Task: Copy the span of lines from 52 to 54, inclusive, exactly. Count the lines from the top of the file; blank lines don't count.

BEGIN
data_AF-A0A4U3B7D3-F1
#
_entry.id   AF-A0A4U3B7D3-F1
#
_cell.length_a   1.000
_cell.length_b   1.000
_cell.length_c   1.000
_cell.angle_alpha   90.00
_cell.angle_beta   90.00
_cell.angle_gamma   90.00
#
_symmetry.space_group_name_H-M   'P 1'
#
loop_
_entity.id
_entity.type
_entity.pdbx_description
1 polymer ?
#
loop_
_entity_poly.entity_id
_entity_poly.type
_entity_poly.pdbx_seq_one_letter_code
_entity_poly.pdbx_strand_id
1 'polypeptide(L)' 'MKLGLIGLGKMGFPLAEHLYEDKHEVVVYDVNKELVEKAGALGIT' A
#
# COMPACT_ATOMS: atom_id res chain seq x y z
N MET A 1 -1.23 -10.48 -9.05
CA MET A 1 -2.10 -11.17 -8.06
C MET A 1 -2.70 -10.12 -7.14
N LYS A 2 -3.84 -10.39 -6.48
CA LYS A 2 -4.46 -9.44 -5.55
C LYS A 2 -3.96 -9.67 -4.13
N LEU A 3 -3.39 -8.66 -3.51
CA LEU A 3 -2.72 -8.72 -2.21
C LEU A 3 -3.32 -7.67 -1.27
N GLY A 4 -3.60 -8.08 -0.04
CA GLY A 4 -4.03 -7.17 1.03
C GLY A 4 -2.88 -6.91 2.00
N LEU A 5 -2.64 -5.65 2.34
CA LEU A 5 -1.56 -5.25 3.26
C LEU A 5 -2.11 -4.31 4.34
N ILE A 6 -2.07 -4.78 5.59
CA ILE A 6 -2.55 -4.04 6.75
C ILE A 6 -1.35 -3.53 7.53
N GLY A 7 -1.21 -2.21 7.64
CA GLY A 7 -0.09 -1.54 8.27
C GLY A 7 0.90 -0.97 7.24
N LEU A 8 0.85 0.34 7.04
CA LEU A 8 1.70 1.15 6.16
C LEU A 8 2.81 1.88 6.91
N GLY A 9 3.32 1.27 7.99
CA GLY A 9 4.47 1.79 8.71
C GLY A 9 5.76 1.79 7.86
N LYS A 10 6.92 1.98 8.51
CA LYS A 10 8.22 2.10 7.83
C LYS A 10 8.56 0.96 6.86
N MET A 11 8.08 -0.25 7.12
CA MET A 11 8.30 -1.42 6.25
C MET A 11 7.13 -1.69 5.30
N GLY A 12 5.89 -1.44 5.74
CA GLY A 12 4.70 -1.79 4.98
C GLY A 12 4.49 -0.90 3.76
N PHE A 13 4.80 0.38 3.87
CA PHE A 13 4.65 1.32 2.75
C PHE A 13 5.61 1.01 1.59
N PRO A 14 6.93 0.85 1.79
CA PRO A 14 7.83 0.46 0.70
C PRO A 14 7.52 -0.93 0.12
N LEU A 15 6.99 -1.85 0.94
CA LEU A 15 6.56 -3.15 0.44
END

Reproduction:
N GLY A 9 3.32 1.27 7.99
CA GLY A 9 4.47 1.79 8.71
C GLY A 9 5.76 1.79 7.86